Herbaceous, aquatic, often carnivorous perennials. Leaves typically submerged, finely divided with bladders that trap microscopic aquatic animals such as Paramecium. Flowers perfect, irregular, few to many in clusters. Calyx 2-lobed, corolla of 5 united petals. Stamens 2, pistil 1. Fruit a capsule. Bladderwort (Utricularia macrorhiza) adds a bright touch of yellow to pond shallows.
Lentibulariaceae Bladderwort Bladderwort  
Lentibulariaceae Bladderwort Bladderwort  
Liliaceae

A large family of mostly herbaceous plants of diverse structure and habitats. Flowers are showy and 3-parted (3 petals, 3 petal-like sepals, and 6 stamens). Leaves are fleshy with veins running parallel from tip to base. Fruit is a 3-part capsule or berry.

Because of genetic research, some Liliaceae have been moved to Alliaceae, Melanthiaceae, Ruscaceae, and Themidaceae.

For Allium see Alliaceae.

For Anticlea Toxicoscordion, and Veratrum see Melanthiaceae.

For Maianthemum see Rusaceae.

For Androstephium and Triteleia see Themidaceae.

Liliaceae
Lily
Sego Lily

Weber places Calochortus
in Calochortaceae.

  Liliaceae   
Lily
Sego Lily  
Liliaceae
Lily
Sego Lily  
Liliaceae
Lily
Glacier Lily
 
Liliaceae
Lily
Chocolate Lily
 
Liliaceae
Lily
Wood Lily
 
Liliaceae
Lily
Alp Lily
 
Liliaceae

Lily
Fairybells Weber places Prosartes and
Streptopus
in Uvulariaceae.
Liliaceae
Lily
Twistedstalk  
Linaceae
APG places this family in Liliaceae (Lily Family). Annual or perennial herbs. Represented in our area by a single genus (Linum). Leaves alternate, simple. Flowers perfect, regular, 5-parted petals and sepals attached directly to flower stalk. 5-10 fertile stamens and a pistil with 5-10 styles. Blue Flax (Linum lewisii), discovered by Meriwether Lewis, is a delicately beautiful plant found widely through the West. Blue Flax flowers open early and, depending on the sun or shade, fall by midday.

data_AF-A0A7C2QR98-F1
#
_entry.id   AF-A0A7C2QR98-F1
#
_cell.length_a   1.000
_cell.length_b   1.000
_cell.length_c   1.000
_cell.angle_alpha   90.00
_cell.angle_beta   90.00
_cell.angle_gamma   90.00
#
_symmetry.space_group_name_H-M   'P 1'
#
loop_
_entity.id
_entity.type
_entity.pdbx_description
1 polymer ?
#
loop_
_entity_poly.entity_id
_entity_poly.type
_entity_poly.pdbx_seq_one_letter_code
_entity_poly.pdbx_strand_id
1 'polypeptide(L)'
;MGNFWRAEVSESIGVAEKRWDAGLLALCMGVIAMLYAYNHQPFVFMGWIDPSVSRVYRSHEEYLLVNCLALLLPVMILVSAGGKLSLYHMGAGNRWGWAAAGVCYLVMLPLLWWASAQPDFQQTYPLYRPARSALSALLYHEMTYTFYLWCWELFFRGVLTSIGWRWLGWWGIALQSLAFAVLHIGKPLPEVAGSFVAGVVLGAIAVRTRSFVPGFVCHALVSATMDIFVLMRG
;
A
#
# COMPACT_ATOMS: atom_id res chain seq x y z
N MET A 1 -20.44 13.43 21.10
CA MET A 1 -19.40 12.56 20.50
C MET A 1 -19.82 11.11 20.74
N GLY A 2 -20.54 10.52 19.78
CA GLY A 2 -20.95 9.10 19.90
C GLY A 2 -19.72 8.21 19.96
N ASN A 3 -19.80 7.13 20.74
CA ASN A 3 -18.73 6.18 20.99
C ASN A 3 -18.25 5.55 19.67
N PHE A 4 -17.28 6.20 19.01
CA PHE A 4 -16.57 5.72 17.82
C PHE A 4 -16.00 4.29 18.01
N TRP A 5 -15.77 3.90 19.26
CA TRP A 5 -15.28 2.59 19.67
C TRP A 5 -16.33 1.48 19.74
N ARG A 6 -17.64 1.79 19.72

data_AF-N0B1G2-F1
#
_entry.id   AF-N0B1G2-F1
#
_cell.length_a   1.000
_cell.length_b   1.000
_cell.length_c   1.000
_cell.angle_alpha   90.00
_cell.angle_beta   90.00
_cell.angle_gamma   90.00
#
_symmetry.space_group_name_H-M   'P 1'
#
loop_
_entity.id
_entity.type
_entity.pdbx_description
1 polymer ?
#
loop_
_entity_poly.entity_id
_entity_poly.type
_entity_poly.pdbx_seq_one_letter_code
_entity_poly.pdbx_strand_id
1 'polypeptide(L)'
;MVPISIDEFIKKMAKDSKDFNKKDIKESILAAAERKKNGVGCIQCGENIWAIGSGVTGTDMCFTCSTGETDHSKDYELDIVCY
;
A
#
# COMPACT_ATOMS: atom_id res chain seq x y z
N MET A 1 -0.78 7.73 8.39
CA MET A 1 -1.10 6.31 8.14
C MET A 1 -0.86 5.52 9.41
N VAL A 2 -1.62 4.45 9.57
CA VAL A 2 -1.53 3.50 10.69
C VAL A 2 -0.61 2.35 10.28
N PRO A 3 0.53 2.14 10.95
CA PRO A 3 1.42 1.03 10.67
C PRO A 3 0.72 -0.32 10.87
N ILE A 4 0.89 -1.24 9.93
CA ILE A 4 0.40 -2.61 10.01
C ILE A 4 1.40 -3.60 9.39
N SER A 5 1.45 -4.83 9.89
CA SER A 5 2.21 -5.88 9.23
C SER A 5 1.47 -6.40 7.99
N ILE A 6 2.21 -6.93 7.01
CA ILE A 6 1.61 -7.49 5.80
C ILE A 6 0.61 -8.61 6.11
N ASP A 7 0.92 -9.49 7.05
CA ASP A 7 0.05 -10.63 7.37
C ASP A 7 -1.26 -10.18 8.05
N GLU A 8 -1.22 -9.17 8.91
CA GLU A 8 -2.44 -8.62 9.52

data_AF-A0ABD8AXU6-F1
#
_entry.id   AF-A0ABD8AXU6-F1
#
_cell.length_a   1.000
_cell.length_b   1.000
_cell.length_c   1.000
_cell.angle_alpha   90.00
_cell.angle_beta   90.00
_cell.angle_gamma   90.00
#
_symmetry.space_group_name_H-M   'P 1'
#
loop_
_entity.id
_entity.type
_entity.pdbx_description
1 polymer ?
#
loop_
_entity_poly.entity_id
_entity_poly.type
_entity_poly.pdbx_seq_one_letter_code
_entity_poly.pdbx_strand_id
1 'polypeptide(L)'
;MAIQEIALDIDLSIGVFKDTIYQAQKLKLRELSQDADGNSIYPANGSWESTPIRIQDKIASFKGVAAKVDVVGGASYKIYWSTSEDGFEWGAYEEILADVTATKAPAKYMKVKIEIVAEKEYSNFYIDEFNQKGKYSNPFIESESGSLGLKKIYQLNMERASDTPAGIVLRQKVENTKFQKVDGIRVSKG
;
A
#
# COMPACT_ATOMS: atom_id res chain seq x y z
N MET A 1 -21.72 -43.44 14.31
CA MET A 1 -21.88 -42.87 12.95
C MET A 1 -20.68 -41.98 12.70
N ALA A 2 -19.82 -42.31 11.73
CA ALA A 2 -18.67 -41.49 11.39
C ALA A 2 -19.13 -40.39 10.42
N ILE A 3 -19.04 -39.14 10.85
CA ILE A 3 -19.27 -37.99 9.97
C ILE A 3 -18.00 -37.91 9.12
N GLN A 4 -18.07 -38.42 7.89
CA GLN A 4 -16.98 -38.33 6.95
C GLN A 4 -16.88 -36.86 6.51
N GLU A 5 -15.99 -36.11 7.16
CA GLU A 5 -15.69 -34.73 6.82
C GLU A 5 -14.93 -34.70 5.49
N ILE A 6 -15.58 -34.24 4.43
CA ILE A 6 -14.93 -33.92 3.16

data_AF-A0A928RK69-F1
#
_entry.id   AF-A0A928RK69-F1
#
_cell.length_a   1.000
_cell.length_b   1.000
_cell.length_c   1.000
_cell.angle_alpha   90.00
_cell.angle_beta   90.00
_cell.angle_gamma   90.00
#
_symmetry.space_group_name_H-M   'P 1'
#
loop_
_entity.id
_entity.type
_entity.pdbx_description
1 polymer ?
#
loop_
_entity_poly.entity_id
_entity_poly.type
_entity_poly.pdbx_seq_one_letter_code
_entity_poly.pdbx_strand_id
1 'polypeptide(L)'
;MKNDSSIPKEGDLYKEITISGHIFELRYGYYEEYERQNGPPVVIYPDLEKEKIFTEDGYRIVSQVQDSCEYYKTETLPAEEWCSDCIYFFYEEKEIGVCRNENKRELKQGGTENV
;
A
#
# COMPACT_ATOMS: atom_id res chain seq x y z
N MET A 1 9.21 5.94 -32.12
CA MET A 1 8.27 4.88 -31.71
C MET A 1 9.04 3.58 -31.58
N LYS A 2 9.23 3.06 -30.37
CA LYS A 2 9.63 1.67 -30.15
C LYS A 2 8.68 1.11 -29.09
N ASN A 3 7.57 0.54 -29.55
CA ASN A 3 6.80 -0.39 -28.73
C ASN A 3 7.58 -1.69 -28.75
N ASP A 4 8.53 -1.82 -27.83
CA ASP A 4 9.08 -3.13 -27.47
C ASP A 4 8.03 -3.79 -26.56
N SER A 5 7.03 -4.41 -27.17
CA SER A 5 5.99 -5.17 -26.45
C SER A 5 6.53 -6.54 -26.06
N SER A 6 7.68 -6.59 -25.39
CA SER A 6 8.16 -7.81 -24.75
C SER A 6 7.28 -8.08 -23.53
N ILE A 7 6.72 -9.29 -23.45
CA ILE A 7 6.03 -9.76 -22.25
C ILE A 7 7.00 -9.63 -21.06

Linaceae Flax Blue Flax  
Linaceae
Flax
Flax
 
Linaceae Flax Blue Flax  
Linaceae Flax Yellow Flax  
Linaceae Flax Utah Yellow Flax  
Linnaeaceae

APG places this family in Caprifoliaceae (Honeysuckle Family). Subshrub [to small tree]. Leaf: opposite, simple [compound]; stipules generally 0. Flower: calyx tube fused to ovary, limb generally 5-lobed; corolla radial [or bilateral], rotate to cylindric, generally 5-lobed; stamens generally 4 inserted at 2 levels, epipetalous, alternate corolla lobes; ovary inferior, 1–5-chambered, style 1. Fruit: achene or capsule, 1-seeded. (From Jepson eFlora.)

Linnaeaceae Twinflower Twinflower  
Loasaceae

Annual, perennial, or shrubby plants with barbed, Velcro-like hairs. Leaves opposite or alternate, entire or lobed. Flower regular, perfect, solitary or in clusters. 4-5 sepals and petals, stamens 5 to many , style 1. Fruit a capsule with one to many seeds. Often showy and lovely flowers are night-blooming. Blazing Star (Mentzelia multiflora) can be several feet tall with numerous, showy flowers. Dead, straw-colored plants stand for months.

Also called Blazing Star or Stickleaf Family.

Loasaceae Loasa

Mentzelia  
Loasaceae Loasa Mentzelia  
Loasaceae Loasa Mentzelia rusbyi Rusby's Mentzelia  
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Malvaceae
Herbs or shrubs, usually hairy, annual biennial, or perennial with mucilaginous juice. Leaves alternate, simple, mostly palmately veined. Flowers perfect or imperfect, regular. solitary or in clusters. 5 sepals and petals. Fruit a capsule. Some species at low elevations often carpet the ground. Checker mallows (Sidalcea spp.) at higher elevations are tall and showy wetland plants. Cotton, okra, and marsh mallows come now, or originally, from this family.
Malvaceae
Mallow
Wild Hollyhock
 
Malvaceae Mallow Cheeseweed  
Malvaceae Mallow Checkermallow  
Malvaceae Mallow Checkermallow  
Malvaceae Mallow Globe Mallow  
Malvaceae Mallow Globe Mallow  
Malvaceae Mallow Globe Mallow  
Malvaceae Mallow Globe Mallow  
Melanthiaceae

Perennial herb, from rhizome or bulb, or rhizomes ending in weakly developed bulbs, scapose or not. Leaf: alternate, whorled, or mostly basal and spirally arranged, deciduous after 1 year or not. Inflorescence: raceme, panicle, or flowers 1. Flower: perianth parts 6, in 2 petal-like whorls or of sepals and petals, free or fused below, ± spreading; stamens 6, from perianth, anthers attached at base or near middle; ovary superior or partly inferior, chambers 3, styles 3, persistent. Fruit: capsule, loculicidal or septicidal. (From Jepson eFlora.) 

Melanthiaceae is a small family made up of former Liliaceae.

Melanthiaceae False Hellebore
Death Camas
 
Melanthiaceae False Hellebore Death Camas  
Melanthiaceae
False Hellebore Corn Lily  
Menyanthaceae